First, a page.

It is a desire of the present invention to provide a cotton harvester harvesting rotor speed monitoring system. It is also a desire of the present invention to provide a cotton harvester harvesting rotor speed monitoring system which lowers the possibility of false alarms caused by the rotors slowing down after finishing the harvesting operation at the end of a plant row.
Other desires and advantages of the present invention will become apparent to those skilled in the art as the nature of the invention is better understood from the accompanying drawings and detail description.
FIG. 1 is a side elevational view of the picker type cotton harvester;
FIG. 2 is a perspective view of a stripper type cotton harvester;
FIG. 3 is a top elevational view illustrating the drum on a four-row picker type cotton harvester; and
FIG. 4 is a schematic view of the cotton harvester harvesting rotor rotational speed monitoring system.
Referring to FIGS. 1 and 3, a picker type cotton harvester 10 typically has a wheeled frame 12 with a receptacle, commonly referred to as a basket 14 mounted on top. Pivotally extending forwardly from the wheeled frame are the harvesting units, or drums 16, 18, 20 and 22. A series of pneumatic conveyors 24 transport the harvested lint cotton from the drums to the basket inlet 16.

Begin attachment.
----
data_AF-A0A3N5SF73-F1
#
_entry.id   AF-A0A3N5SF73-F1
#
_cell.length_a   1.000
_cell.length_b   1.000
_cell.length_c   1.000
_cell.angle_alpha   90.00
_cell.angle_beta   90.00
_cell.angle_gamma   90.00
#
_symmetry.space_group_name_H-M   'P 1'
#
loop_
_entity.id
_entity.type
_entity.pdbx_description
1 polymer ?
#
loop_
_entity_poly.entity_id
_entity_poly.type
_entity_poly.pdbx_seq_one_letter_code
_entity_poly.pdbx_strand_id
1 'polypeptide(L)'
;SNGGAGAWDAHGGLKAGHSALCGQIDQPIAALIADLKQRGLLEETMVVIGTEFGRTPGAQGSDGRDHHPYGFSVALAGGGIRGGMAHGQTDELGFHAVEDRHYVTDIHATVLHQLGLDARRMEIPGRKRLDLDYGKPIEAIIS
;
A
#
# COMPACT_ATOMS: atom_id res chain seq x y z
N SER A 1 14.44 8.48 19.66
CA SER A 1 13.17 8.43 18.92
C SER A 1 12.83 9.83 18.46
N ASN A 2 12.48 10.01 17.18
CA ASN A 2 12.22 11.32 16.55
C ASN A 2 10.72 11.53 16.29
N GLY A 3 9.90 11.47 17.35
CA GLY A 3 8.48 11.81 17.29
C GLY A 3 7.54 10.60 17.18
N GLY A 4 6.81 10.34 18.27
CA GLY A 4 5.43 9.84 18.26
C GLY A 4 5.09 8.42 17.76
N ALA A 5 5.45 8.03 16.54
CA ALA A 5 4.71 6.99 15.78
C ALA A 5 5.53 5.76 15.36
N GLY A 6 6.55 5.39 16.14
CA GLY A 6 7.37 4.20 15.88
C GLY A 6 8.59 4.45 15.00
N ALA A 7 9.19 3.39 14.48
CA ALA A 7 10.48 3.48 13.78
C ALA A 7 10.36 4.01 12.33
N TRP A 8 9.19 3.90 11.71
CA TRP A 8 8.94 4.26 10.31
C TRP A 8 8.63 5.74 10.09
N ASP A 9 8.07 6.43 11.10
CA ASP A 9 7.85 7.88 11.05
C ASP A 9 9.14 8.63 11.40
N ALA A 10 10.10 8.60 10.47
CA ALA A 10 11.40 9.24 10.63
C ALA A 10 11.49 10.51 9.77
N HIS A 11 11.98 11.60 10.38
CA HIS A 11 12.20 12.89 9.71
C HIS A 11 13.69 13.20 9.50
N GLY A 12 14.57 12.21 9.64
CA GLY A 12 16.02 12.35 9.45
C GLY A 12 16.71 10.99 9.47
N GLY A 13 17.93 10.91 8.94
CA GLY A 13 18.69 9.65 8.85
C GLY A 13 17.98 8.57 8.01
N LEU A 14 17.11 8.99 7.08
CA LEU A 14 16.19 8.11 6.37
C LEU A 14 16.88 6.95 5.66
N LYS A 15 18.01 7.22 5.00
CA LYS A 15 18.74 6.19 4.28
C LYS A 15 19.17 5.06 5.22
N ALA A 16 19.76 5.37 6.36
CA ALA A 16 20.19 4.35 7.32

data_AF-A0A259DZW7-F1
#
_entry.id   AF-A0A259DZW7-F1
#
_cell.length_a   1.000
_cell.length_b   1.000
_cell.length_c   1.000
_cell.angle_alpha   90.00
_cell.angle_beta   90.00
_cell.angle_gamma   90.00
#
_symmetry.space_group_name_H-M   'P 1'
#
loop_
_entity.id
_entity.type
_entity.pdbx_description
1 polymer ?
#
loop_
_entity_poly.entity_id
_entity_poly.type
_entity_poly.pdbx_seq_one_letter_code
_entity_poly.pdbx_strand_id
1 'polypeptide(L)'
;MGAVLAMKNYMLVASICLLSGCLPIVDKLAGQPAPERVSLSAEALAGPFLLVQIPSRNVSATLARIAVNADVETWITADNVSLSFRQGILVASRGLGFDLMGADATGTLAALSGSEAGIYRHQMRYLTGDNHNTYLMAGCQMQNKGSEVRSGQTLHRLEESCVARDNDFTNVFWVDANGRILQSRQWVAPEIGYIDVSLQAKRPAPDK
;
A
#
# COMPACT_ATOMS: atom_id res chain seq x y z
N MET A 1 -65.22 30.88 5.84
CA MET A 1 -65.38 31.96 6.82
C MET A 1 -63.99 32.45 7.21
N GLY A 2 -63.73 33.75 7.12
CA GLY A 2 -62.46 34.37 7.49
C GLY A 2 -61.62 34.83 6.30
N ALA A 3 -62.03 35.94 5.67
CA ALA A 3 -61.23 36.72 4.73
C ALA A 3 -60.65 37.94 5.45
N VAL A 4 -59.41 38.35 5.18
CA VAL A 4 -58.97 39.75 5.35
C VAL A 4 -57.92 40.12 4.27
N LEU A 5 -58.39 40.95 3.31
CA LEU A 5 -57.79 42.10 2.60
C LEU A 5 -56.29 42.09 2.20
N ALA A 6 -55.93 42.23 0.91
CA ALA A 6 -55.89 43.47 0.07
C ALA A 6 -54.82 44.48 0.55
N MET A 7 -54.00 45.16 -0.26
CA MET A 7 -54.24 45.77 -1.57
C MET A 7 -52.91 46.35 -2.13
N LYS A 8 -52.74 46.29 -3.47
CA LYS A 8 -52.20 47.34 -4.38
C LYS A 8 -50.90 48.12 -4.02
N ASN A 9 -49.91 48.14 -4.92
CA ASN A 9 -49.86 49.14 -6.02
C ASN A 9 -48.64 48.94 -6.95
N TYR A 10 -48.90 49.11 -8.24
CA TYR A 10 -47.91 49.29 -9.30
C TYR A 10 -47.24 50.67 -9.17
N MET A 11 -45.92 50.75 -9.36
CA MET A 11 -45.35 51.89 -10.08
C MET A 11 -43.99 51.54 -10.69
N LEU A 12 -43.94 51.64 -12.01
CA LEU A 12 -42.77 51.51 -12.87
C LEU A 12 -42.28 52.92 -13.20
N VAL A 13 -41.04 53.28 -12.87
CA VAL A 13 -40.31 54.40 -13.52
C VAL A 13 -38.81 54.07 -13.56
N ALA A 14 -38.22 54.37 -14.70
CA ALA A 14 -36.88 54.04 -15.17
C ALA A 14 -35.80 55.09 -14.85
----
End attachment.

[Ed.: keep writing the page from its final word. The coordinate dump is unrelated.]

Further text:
Representative drum 16 has a pair of picker spindle rotors 28 and 26 transversely separated by a fore-and-aft plant passage 30. Picker spindle rotors 28 and 26 have corresponding doffers 32 and 34 for removing the cotton from the picker spindles. The harvested cotton is then transported by the pneumatic conveyors 24 to the basket inlet 16.
To ensure that the drums are functioning properly, the rotational speeds of the spindle rotors are monitored. An overload condition on a given spindle rotor will usually manifest itself by a decrease in speed of that rotor. A failure in the drive chain of the drive system which powers the rotors will usually manifest itself in a rotor reaching excessive speeds.
The stripper cotton harvester 80 of FIG. 2 has substantial similarities with the picker type cotton harvester. However, the stripper cotton harvester 80 functions to remove the boll from the cotton plant instead of harvesting the lint from the boll as the picker cotton harvester does. Each of the harvesting units 82, 84, 86, and 88 of the stripper type cotton harvester has two parallel mounted rotating brush rollers 90 and 92. The brush rollers have alternating lengths of nylon bristles and rubber flaps. The nylon bristles and rubber flaps of the two rollers cooperate with one another to strip the cotton boll from the plant. The speed of rotation of the brush rolls is also monitored to indicate to the operator of the various malfunctions which may occur in the harvesting units.